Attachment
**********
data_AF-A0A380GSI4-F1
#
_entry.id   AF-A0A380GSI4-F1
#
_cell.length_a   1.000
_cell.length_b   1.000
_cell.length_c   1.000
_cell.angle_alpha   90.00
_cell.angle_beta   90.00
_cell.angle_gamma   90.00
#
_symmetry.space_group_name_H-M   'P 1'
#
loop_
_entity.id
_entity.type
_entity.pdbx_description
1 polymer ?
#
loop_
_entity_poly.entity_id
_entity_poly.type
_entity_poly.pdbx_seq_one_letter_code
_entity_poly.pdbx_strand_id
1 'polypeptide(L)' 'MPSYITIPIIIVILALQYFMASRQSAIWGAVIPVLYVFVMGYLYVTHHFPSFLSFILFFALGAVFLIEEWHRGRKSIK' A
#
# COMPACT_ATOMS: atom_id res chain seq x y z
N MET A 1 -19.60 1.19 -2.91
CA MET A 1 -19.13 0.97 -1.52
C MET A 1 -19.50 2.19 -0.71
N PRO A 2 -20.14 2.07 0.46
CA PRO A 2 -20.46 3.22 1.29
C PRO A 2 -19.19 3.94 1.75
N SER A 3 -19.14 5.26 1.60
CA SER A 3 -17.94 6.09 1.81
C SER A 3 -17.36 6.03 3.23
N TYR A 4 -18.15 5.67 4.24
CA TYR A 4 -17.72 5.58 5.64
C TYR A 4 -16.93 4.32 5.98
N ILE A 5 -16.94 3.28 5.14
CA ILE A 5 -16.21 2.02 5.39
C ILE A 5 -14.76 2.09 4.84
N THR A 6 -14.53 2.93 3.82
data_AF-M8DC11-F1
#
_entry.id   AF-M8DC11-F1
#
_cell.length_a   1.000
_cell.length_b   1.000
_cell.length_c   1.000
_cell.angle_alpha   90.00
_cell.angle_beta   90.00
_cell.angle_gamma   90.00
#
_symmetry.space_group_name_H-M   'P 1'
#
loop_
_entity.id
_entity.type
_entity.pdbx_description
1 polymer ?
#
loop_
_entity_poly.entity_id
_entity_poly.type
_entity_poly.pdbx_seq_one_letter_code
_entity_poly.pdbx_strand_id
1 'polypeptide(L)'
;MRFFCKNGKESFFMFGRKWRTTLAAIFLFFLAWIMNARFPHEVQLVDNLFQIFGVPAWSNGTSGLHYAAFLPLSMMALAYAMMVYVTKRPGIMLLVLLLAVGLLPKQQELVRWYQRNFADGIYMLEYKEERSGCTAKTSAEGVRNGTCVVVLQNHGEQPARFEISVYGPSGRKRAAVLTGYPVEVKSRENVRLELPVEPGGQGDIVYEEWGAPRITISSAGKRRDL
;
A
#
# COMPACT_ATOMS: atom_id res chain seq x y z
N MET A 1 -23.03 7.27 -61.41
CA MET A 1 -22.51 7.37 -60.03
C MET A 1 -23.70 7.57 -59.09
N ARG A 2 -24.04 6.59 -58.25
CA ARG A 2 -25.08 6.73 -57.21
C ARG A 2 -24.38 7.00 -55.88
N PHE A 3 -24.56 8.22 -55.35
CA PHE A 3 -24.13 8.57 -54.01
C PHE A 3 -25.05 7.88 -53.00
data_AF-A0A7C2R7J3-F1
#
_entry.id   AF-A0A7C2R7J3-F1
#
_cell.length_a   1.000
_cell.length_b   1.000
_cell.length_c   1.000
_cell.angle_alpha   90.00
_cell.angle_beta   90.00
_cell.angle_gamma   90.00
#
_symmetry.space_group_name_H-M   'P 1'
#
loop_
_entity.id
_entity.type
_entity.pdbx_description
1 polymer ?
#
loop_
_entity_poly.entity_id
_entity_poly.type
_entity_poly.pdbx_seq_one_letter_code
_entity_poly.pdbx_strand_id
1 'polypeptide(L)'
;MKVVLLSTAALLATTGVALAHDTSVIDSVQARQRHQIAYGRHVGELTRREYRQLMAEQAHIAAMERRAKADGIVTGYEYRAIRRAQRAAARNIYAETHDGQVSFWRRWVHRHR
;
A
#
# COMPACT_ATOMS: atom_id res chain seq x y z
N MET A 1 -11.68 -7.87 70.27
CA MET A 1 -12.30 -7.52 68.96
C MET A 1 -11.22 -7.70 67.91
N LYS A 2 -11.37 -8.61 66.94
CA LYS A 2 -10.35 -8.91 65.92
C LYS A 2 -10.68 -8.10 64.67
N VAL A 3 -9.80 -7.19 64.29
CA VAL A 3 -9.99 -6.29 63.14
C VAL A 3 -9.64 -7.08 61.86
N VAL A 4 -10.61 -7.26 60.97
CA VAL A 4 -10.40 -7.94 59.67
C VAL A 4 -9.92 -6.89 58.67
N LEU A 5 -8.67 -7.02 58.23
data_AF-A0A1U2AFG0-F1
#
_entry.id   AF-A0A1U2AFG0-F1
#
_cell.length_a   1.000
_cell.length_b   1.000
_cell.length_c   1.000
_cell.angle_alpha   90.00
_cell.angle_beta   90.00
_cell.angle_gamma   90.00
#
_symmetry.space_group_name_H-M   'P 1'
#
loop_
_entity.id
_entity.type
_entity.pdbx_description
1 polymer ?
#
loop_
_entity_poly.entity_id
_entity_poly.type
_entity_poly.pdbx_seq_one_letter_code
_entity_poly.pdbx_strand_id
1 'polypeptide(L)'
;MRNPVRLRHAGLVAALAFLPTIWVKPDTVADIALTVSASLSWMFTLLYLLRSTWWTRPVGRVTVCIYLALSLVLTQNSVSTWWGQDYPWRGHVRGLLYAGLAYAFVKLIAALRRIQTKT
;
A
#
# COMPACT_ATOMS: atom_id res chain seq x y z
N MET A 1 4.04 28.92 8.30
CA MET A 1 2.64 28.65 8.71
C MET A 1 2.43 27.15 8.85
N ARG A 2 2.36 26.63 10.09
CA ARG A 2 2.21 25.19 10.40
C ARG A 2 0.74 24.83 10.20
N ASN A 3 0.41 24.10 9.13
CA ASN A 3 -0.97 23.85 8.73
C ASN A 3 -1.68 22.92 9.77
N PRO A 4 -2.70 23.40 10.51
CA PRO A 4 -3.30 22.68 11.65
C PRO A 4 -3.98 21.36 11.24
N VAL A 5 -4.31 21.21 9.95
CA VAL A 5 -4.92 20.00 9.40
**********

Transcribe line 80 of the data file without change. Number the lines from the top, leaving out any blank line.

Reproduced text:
N PHE A 3 -24.56 8.22 -55.35